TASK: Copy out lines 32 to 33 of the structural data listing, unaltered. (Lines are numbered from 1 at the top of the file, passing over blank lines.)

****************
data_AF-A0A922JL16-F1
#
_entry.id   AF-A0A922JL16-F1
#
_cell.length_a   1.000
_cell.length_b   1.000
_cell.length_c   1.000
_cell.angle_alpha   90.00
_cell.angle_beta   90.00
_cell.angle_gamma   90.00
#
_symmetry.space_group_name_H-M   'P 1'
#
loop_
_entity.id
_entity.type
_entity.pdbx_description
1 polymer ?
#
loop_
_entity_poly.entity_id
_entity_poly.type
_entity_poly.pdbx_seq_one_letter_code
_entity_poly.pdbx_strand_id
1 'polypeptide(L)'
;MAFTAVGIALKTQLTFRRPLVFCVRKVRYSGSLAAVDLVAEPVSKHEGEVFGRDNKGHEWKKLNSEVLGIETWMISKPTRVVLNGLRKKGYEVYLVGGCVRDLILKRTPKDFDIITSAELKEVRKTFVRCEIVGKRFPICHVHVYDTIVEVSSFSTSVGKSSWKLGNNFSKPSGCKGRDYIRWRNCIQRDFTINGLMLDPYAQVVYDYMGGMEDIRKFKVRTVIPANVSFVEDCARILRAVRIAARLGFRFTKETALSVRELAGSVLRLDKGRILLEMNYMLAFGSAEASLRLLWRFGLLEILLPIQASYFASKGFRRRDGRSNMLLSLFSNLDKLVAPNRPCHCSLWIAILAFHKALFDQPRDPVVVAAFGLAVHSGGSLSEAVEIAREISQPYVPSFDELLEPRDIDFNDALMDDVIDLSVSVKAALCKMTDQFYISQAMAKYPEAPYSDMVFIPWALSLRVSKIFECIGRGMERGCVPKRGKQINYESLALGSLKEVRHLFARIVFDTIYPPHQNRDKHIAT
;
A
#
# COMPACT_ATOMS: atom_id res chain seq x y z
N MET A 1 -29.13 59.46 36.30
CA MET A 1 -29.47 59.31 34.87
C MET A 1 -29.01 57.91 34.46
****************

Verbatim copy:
CA MET A 1 -29.47 59.31 34.87
C MET A 1 -29.01 57.91 34.46